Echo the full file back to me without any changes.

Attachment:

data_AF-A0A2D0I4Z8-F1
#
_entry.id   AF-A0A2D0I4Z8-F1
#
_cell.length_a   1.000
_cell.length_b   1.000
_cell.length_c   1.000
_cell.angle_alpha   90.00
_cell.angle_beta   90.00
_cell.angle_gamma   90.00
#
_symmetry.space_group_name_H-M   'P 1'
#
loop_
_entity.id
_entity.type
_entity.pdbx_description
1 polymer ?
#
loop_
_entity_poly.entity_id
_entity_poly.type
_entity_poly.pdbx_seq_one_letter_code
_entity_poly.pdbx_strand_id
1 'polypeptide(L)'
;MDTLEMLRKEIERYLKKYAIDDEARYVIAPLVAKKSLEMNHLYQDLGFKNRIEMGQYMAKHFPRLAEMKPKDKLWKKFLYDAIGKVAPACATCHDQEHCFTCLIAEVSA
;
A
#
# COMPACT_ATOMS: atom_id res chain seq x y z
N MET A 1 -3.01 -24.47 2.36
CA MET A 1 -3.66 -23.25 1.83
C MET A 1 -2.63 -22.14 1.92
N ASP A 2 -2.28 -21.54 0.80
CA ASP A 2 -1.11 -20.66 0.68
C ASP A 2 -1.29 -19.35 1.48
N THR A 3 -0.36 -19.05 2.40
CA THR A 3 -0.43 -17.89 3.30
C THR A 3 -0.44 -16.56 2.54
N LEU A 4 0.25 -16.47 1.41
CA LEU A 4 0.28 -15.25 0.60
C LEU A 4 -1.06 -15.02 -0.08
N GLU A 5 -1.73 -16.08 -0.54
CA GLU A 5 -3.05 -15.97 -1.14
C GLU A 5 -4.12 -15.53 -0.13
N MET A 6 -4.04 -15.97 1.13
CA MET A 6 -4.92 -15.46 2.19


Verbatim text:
data_AF-A0A2D0I4Z8-F1
#
_entry.id   AF-A0A2D0I4Z8-F1
#
_cell.length_a   1.000
_cell.length_b   1.000
_cell.length_c   1.000
_cell.angle_alpha   90.00
_cell.angle_beta   90.00
_cell.angle_gamma   90.00
#
_symmetry.space_group_name_H-M   'P 1'
#
loop_
_entity.id
_entity.type
_entity.pdbx_description
1 polymer ?
#
loop_
_entity_poly.entity_id
_entity_poly.type
_entity_poly.pdbx_seq_one_letter_code
_entity_poly.pdbx_strand_id
1 'polypeptide(L)'
;MDTLEMLRKEIERYLKKYAIDDEARYVIAPLVAKKSLEMNHLYQDLGFKNRIEMGQYMAKHFPRLAEMKPKDKLWKKFLYDAIGKVAPACATCHDQEHCFTCLIAEVSA
;
A
#
# COMPACT_ATOMS: atom_id res chain seq x y z
N MET A 1 -3.01 -24.47 2.36
CA MET A 1 -3.66 -23.25 1.83
C MET A 1 -2.63 -22.14 1.92
N ASP A 2 -2.28 -21.54 0.80
CA ASP A 2 -1.11 -20.66 0.68
C ASP A 2 -1.29 -19.35 1.48
N THR A 3 -0.36 -19.05 2.40
CA THR A 3 -0.43 -17.89 3.30
C THR A 3 -0.44 -16.56 2.54
N LEU A 4 0.25 -16.47 1.41
CA LEU A 4 0.28 -15.25 0.60
C LEU A 4 -1.06 -15.02 -0.08
N GLU A 5 -1.73 -16.08 -0.54
CA GLU A 5 -3.05 -15.97 -1.14
C GLU A 5 -4.12 -15.53 -0.13
N MET A 6 -4.04 -15.97 1.13
CA MET A 6 -4.92 -15.46 2.19